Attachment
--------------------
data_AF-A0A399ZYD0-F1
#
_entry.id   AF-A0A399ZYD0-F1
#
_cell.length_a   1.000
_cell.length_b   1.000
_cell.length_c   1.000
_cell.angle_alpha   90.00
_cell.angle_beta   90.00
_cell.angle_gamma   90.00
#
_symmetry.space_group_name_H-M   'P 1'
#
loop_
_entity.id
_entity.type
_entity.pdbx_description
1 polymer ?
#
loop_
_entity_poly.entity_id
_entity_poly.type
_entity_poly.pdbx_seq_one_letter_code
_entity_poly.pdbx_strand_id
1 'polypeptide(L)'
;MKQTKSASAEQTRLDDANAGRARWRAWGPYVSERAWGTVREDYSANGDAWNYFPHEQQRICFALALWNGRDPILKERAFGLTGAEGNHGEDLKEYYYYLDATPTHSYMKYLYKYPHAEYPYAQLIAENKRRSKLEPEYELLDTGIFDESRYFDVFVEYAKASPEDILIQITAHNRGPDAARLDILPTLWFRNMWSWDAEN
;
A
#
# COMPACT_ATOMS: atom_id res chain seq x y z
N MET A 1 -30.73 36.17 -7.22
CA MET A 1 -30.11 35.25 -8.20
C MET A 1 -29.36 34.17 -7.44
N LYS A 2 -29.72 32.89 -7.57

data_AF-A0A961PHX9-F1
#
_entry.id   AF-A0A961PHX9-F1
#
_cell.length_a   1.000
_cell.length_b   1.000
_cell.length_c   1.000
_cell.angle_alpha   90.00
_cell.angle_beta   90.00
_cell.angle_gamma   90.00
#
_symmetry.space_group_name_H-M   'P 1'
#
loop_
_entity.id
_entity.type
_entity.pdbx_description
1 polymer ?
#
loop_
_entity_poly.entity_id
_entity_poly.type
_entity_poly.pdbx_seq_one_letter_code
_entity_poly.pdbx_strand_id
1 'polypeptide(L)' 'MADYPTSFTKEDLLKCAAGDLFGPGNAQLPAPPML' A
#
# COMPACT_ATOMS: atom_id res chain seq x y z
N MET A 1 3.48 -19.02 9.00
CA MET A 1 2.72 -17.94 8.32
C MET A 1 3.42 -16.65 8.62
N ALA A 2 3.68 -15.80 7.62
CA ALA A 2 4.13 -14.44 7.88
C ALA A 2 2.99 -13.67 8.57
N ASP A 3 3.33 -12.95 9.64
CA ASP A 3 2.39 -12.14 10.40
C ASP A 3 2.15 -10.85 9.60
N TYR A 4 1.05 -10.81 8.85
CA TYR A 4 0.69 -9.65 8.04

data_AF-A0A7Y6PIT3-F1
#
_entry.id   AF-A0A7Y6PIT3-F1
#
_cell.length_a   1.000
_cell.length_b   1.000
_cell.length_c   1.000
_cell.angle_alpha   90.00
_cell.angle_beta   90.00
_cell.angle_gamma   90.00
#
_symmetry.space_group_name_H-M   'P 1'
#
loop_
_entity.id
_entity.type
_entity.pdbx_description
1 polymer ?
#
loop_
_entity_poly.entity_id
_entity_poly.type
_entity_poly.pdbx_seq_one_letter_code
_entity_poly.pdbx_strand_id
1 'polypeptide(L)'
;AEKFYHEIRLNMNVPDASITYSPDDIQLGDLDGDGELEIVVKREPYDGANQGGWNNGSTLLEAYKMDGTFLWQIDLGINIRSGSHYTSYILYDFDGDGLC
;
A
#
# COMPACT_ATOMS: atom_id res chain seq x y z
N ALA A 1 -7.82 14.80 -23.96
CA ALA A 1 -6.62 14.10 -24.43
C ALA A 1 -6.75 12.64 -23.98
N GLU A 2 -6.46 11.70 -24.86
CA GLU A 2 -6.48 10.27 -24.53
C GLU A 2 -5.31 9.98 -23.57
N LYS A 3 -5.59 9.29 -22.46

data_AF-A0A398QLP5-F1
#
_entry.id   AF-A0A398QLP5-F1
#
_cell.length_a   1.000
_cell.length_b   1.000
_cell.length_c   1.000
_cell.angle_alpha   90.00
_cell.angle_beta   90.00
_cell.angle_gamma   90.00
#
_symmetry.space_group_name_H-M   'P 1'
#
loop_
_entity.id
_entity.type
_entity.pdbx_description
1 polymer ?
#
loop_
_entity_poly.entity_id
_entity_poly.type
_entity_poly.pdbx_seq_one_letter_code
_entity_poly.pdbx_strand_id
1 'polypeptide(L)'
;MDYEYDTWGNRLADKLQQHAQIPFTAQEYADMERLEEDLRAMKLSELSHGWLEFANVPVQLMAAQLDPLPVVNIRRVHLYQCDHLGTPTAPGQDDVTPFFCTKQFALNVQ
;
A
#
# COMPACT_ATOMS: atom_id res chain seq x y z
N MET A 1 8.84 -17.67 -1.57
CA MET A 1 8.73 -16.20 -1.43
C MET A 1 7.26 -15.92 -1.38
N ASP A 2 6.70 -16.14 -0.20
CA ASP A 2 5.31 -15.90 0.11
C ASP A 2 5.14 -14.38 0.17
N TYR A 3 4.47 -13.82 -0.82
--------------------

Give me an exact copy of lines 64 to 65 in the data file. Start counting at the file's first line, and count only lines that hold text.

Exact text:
C MET A 1 3.42 -16.65 8.62
N ALA A 2 3.68 -15.80 7.62